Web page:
Ancient wolf cub found ‘perfectly preserved’ in Canadian permafrost

Ancient wolf cub found ‘perfectly preserved’ in Canadian permafrost

A perfectly preserved wolf puppy, hidden away in permafrost for 57,000 years and described by researchers as “the oldest, most complete wolf”, has been discovered in Yukon, Canada. The creature, named Zhùr by the local Tr’ondëk Hwëch’in First Nation people, was discovered in the Klondike goldfields, near Dawson City, by a gold miner, who was water blasting a wall of frozen mud.”This mummy is so complete, she has basically got all her skin, most of her fur … all her soft tissues present, and she’s 56,000 years old, or thereabouts,” Julie Meachen, an associate professor of anatomy at Des Moines University in Iowa, told CNN.

Discovered in Yukon, Canada, the wolf cub, named Zhùr by the local First Nation people, is thought to be around 57,000 years old. (Yukon Government/CNN)

The female pup, according to Professor Meachen, is “the oldest, most complete wolf that’s ever been found,” allowing researchers to delve deeper into what her life would have looked like. Using X-ray techniques, experts determined that the puppy, which had been preserved in permafrost, died at six or seven weeks old. Meanwhile, a technique called stable isotope analysis revealed that the animal lived during a time when glaciers had receded.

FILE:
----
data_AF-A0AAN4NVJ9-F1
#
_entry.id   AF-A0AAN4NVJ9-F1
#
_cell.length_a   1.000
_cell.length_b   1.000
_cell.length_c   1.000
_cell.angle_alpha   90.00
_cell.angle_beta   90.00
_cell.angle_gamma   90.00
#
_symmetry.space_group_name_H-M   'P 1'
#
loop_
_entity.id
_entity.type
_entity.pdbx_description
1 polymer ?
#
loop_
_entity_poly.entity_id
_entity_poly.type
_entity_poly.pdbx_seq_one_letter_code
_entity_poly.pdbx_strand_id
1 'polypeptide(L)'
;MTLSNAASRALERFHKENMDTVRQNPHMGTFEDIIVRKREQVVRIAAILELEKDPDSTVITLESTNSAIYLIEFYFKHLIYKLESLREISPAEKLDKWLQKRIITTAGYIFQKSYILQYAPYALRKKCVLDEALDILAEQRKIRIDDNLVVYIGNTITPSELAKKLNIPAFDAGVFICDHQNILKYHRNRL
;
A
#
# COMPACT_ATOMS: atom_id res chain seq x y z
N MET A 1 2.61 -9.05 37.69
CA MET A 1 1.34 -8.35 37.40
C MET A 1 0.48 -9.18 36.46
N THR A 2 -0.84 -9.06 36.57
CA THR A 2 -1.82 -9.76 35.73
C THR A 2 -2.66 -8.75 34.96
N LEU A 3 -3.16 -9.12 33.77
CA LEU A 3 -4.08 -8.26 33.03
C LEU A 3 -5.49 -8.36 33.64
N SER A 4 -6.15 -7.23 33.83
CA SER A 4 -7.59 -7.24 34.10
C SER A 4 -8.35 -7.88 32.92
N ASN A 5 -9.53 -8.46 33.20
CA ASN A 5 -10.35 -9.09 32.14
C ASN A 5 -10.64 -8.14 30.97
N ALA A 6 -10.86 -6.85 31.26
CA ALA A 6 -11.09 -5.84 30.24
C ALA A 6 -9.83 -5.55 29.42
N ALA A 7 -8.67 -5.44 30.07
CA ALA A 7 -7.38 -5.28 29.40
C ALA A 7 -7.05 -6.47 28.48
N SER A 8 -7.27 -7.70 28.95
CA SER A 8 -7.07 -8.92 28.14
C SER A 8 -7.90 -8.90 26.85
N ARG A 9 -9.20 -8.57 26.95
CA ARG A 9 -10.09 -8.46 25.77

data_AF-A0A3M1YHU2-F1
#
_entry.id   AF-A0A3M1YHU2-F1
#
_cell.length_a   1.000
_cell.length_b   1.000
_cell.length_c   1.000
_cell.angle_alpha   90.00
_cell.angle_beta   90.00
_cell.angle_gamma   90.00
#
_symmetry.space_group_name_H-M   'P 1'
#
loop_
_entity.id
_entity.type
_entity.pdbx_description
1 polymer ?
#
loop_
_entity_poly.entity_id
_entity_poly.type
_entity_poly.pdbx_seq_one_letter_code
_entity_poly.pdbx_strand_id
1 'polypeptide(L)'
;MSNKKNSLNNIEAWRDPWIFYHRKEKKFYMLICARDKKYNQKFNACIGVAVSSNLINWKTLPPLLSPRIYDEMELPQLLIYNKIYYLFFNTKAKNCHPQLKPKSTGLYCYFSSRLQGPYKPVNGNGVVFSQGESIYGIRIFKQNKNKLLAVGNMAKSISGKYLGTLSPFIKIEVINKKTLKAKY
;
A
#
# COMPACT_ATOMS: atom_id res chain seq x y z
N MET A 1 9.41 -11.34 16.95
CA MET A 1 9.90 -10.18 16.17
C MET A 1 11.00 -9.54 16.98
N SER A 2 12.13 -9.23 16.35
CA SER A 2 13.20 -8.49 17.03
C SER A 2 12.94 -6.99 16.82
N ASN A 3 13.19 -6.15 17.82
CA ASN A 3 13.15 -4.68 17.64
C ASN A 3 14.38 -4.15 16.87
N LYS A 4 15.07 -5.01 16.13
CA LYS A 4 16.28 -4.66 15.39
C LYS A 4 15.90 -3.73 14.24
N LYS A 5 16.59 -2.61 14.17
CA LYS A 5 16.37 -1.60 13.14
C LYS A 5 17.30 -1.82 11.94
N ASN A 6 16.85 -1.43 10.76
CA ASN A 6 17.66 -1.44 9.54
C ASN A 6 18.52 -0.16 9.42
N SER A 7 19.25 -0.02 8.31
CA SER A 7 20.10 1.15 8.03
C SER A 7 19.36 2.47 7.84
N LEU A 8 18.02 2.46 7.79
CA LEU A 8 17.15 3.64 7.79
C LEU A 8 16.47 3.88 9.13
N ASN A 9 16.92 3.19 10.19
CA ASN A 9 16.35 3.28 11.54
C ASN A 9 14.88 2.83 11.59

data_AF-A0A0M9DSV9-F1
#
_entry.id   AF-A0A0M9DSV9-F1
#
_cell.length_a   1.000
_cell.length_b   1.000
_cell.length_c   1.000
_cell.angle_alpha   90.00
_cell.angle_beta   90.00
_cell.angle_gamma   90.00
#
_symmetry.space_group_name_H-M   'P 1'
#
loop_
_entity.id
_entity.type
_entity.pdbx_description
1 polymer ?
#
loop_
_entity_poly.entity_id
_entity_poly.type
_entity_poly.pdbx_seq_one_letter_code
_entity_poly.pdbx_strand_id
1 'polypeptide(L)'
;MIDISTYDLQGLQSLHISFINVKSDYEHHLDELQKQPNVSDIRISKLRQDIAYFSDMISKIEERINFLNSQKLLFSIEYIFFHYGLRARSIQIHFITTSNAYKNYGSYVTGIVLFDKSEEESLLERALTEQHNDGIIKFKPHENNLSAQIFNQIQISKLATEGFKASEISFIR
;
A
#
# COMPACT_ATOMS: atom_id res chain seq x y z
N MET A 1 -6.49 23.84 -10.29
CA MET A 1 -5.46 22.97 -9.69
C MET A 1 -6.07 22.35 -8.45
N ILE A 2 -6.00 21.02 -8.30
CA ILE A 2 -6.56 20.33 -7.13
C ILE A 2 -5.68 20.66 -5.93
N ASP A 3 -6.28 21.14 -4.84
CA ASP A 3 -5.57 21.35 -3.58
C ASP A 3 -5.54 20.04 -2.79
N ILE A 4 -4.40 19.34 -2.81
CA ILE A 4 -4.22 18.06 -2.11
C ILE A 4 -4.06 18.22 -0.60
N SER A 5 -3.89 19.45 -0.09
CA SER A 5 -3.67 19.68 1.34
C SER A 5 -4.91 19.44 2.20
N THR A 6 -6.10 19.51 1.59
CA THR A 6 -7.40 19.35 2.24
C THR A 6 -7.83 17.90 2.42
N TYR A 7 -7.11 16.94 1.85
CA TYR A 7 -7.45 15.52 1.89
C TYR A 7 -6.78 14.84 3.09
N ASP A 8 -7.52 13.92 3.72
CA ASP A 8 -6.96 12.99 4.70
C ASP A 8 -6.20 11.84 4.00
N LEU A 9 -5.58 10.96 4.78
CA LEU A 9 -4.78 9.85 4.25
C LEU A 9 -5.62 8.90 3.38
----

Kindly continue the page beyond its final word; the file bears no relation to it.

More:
“There weren’t quite as many glaciers around, which means there was a lot more freshwater,” she said. “There were a lot of streams, a lot of rivers flowing, and probably a lot of other animals around. She lived in a lush time.”

Experts used noninvasive X-ray techniques to find out more about the wolf pup. (Yukon Government/CNN)

The wolf cub’s diet, researchers found, was influenced by her proximity to water. Isotope analysis revealed “she and her mum were eating mostly aquatic resources – things like salmon, maybe some shorebirds,” Professor Meachen said. DNA analysis revealed the pup is descended from ancient wolves – the ancestors of modern wolves – from Russia, Siberia, and Alaska.”It’s not a surprise – she is related to the things that were there at the time,” she explained. “But the cool thing about that, that most people might not know, is that wolves in the ice age were only distantly related to wolves that are around today.

The wolf pup died at 6 or 7 weeks of age. (Yukon Government/CNN)

“They are still the same species, but they are very different, for being in the same species. “Their genetics have changed quite a bit over time – the diversity of wolf has been diminished over time, and again, expanded.”She is truly an ancient wolf, and she was related to all the wolves around her at the time.”


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